February 11, 10:38 pm | [comment link]
13. Pageantmaster ن wrote:

Thanks for the many responses to me, which I shall think about.  Whatever the question, I am unconvinced that more bishops is the answer.

dwstroudmd+ [have you taken holy orders?] - As you have perceived, I am underwhelmed by the CofE’s HOB and its performance and priorities at the moment, and that includes +Justin’s first outing as ABC, but more of that anon.

February 11, 11:54 pm | [comment link]
14. Sarah1 wrote:

RE: “So I say, bring on the norm of a bishop over ten or a dozen churches (or, in some cases, fewer)!”

Well if *that’s* the goal it certainly is a far cry from the original and oft-stated rhetoric of 4-5 years ago when ACNA was going to “grow into” their number of bishops.

But at least it looks like it will easily meet this one.

RE: “I don’t deny that ACNA, PEARUSA, CANA, REC all need to coalesce their jurisdictions . . . “

As an outside observer I’ve thought it helpful for the separate jurisdictions to exist.

February 12, 12:17 am | [comment link]
15. MichaelA wrote:

I have difficulty following the arguments behind some of the posts on this thread. 

At one point, someone suggested that +Quigg Lawrence only has four congregations under him - really? According to the PEARUSA web-site, their “regional networks” contain from 8 - 25 congregations, spread over a wide geographic area.  I would have thought that is more than enough to appoint a bishop.  If he is really only pastoring four congregations can someone give a citation for that?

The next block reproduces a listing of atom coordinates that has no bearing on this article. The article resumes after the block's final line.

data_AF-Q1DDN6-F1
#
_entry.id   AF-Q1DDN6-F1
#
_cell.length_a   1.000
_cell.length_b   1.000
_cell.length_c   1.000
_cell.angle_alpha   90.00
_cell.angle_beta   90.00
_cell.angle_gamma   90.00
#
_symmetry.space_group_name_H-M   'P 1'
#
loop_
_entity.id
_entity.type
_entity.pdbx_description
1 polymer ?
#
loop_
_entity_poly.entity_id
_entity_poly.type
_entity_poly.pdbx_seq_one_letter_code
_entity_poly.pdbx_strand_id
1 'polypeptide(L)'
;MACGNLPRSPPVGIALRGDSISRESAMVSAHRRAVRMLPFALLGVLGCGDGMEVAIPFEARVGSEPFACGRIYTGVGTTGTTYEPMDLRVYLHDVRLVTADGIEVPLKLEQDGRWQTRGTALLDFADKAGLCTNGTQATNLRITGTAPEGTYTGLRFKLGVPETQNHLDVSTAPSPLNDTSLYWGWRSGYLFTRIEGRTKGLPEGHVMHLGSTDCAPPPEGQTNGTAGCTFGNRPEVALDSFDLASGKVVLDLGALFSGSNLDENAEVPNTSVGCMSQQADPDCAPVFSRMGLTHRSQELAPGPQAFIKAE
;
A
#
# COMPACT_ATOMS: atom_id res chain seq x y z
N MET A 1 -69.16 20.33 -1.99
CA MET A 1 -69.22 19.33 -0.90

Some posts have suggested that the number of bishops (even of unrelated jurisdictions) in a geographical area has some relevance to whether a particular group of churches should have a bishop or not - I am still scratching my head over the “logic” of that one. 

A person who has served as a bishop remains a bishop even after they cease from diocesan duties - their existence is entirely irrelevant to the appointment of a new bishop to fill a diocesan role.  That remains the case even when retired bishops are called out of retirement to fulfil some function or other, as happens from time to time in every jurisdiction. 

In my own diocese (Sydney, Australia) the ratio of area bishops to congregation varies between 1:40 and 1:50, which I think is about as good as it ever gets for Anglicans.  But the number of bishops in our diocese is much, much greater.  It includes bishops from other diocese who have come to Sydney to retire, as well as our own retirees.  And at any point in time, several of those retired bishops may be “active” in some sense.  For example, at one time I was a parishioner at a congregation where the rector was a bishop - he had reached retirement age as an area bishop, but the archbishop asked him to pastor a congregation that had some special needs and he was the person with the gravitas and gifts to guide that it through its troubles.  He agreed to do it for a couple of years - so he was an “active” bishop even though he was in reality a rector and had nothing to with the “real” ratio of area bishops to congregations.  All quite normal and acceptable by Anglican standards.